The internet is rife with products promising to detox your body—diets, drinks, supplements, and on and on. The truth is, they’re not necessary. The body has its own super-efficient detox system: the liver and kidneys. They’ll detox your body just fine, as long as you support them with a proper diet, exercise and limiting your use of harmful substances like alcohol and tobacco.
Juice might make you feel good, but it won’t “cleanse” your body. These regimens can also leave you feeling hungry, since juice eliminates satiating fiber from fruits and vegetables but keeps the sugar.
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Many of us have been taking a daily multivitamin since childhood, believing it’s the route to better health. Unfortunately, there’s no evidence that’s the case. Last year, researchers from Johns Hopkins evaluated studies involving almost half a million people and determined that multivitamins don’t lower your risk of heart disease, cancer, cognitive decline or early death. Their advice: Don’t waste your money on multivitamins; get the vitamins and minerals you need from food.
This is another health tip that’s been around so long it’s gospel. And it’s definitely a good idea to stay hydrated. But according to researchers at the Mayo Clinic, “eight a day” isn’t right for everyone—some people might need less water, some might need more, particularly depending on your activity level and environment. A good rule of thumb: Drink water when you feel thirsty, and enough to keep your urine colorless or light yellow.
Although it’s true that eating a large meal right before bed isn’t a great idea—it can keep you awake and lead to acid reflux—your body doesn’t automatically convert food into fat after a certain hour. In fact, some experts recommend having a small, protein-rich snack before bed to ensure a good night’s sleep.
Physical activity is key to maintaining a healthy weight (and overall health) and losing a few pounds if that’s your goal. But spending hours on the treadmill can be counterproductive: Long periods of intense exercise causes the body to release cortisol, a stress hormone that tells it to hang on to fat. Instead of marathon cardio sessions, look into being more generally active and workouts like HIIT (high intensity interval training), which have been shown to be effective for fat loss.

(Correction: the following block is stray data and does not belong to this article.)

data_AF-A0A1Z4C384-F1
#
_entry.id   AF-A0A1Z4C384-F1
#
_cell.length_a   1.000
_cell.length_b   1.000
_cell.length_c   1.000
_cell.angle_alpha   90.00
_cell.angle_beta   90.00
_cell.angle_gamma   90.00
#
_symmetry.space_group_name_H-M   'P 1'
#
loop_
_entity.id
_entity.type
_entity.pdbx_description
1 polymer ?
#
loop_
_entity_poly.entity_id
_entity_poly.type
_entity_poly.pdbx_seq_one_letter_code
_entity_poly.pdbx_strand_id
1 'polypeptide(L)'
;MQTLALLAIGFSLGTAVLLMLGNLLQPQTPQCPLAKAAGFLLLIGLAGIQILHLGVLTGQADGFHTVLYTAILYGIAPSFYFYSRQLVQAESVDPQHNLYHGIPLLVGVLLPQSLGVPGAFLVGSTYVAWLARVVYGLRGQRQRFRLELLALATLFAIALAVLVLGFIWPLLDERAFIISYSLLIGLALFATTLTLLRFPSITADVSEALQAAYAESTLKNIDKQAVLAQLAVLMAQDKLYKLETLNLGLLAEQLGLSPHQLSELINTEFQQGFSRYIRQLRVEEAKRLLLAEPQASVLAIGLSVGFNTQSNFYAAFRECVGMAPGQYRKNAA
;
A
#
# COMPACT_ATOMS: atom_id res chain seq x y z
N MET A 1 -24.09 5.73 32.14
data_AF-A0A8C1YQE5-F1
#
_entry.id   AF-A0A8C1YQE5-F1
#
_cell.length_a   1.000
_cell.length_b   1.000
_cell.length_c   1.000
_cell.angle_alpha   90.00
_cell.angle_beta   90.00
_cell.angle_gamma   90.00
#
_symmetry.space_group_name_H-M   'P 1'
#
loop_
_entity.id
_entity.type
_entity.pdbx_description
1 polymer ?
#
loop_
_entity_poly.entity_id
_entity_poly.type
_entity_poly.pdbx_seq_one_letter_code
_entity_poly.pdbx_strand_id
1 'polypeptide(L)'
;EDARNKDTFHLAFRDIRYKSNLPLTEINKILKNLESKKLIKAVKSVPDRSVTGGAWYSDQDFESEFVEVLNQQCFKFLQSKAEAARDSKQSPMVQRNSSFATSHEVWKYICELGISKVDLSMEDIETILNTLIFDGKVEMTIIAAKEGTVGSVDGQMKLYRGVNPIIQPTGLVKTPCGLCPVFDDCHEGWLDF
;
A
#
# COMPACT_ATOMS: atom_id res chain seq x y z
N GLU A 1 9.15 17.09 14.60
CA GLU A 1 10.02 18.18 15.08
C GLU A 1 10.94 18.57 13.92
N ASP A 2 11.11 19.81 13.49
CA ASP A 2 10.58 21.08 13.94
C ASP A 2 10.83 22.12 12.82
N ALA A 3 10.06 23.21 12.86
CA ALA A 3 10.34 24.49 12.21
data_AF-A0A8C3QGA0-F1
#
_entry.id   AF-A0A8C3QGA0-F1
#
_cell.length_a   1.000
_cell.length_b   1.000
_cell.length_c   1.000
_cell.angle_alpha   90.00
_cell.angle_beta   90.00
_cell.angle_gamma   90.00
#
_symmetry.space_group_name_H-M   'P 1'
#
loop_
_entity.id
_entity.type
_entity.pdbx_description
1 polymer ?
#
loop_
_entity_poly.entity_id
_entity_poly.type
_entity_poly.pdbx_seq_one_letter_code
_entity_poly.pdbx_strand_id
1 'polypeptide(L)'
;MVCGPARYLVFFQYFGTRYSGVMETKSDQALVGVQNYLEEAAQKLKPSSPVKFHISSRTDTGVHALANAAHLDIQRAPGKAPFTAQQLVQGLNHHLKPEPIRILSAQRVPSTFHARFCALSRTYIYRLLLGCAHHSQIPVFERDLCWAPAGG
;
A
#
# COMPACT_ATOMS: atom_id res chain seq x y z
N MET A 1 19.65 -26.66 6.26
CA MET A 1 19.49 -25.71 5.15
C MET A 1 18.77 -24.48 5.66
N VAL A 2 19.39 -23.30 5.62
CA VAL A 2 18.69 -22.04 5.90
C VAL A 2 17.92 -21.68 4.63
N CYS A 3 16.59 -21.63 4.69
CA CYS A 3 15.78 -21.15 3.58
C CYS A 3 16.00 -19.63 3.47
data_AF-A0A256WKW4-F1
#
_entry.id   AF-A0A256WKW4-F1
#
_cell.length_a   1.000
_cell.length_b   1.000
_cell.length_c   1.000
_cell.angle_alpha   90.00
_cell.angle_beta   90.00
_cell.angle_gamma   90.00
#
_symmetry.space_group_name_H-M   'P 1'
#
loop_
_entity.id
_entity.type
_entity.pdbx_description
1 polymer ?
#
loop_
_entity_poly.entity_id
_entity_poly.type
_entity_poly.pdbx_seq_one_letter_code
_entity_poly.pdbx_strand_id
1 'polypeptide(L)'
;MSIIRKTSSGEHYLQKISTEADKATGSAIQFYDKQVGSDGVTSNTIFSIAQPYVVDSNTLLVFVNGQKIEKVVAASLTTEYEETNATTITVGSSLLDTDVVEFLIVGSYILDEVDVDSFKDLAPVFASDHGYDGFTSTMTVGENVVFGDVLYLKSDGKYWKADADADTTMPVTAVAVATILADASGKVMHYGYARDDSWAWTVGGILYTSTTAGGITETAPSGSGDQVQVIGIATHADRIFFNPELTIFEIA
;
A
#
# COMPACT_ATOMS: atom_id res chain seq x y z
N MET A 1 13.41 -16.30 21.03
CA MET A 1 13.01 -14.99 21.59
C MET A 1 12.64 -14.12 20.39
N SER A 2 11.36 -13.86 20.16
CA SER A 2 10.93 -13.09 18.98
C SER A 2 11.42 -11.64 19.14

RELATED: The #1 Cause of Heart Attack, According to Science
This used to be the golden rule of weight loss, but today experts advise concentrating on whole foods—including lean protein and healthy fats—and avoiding processed foods and added sugar instead of counting calories. The reasons? You’ll feel less deprived, which will make it easier and more enjoyable to view your eating regimen as a healthy lifestyle change instead of something punitive. 
According to Harvard Medical School, taking vitamin C is only “marginally beneficial” when you have a cold—200 mg a day can reduce the duration of a cold by about 8%. But it’s not a cure, and taking it daily won’t reduce your risk of getting a cold.
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Diet experts once recommended avoiding full-fat dairy if you didn’t want to gain weight. But research has shown that drinking full-fat milk—and consuming other full-fat dairy products like yogurt—can actually help keep your weight down. Why? It’s more filling, so it helps keep you from consuming calories from other sources 
We’re awash in information these days, and it seems like everyone is looking for miracle cures and cutting-edge tips. But these can be downright dangerous if they don’t come from legitimate sources and solid studies. Do your research online, but trust your doctors. And to get through this pandemic at your healthiest, don’t miss these 35 Places You’re Most Likely to Catch COVID